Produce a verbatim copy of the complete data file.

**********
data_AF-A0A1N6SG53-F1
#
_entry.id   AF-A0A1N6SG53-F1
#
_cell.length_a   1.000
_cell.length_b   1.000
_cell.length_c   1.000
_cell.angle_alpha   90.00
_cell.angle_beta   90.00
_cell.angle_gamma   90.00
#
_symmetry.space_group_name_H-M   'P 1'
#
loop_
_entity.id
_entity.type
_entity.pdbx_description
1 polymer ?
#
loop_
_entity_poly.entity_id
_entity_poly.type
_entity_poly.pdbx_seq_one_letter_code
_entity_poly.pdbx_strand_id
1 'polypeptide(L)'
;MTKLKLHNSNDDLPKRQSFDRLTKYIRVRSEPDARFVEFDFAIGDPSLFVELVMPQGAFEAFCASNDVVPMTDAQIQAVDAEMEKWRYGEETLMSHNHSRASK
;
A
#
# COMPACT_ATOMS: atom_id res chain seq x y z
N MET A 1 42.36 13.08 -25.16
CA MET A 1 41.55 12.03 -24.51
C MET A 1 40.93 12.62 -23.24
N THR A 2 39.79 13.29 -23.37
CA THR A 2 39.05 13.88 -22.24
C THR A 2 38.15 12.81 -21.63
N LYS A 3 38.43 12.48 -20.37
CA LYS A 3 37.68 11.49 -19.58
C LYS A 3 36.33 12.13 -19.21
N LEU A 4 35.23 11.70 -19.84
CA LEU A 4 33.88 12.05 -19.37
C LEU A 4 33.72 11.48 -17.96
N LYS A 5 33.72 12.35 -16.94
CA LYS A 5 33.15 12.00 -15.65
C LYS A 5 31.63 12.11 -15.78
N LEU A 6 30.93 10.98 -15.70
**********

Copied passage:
data_AF-A0A1N6SG53-F1
#
_entry.id   AF-A0A1N6SG53-F1
#
_cell.length_a   1.000
_cell.length_b   1.000
_cell.length_c   1.000
_cell.angle_alpha   90.00
_cell.angle_beta   90.00
_cell.angle_gamma   90.00
#
_symmetry.space_group_name_H-M   'P 1'
#
loop_
_entity.id
_entity.type
_entity.pdbx_description
1 polymer ?
#
loop_
_entity_poly.entity_id
_entity_poly.type
_entity_poly.pdbx_seq_one_letter_code
_entity_poly.pdbx_strand_id
1 'polypeptide(L)'
;MTKLKLHNSNDDLPKRQSFDRLTKYIRVRSEPDARFVEFDFAIGDPSLFVELVMPQGAFEAFCASNDVVPMTDAQIQAVDAEMEKWRYGEETLMSHNHSRASK
;
A
#
# COMPACT_ATOMS: atom_id res chain seq x y z
N MET A 1 42.36 13.08 -25.16
CA MET A 1 41.55 12.03 -24.51
C MET A 1 40.93 12.62 -23.24
N THR A 2 39.79 13.29 -23.37
CA THR A 2 39.05 13.88 -22.24
C THR A 2 38.15 12.81 -21.63
N LYS A 3 38.43 12.48 -20.37
CA LYS A 3 37.68 11.49 -19.58
C LYS A 3 36.33 12.13 -19.21
N LEU A 4 35.23 11.70 -19.84
CA LEU A 4 33.88 12.05 -19.37
C LEU A 4 33.72 11.48 -17.96
N LYS A 5 33.72 12.35 -16.94
CA LYS A 5 33.15 12.00 -15.65
C LYS A 5 31.63 12.11 -15.78
N LEU A 6 30.93 10.98 -15.70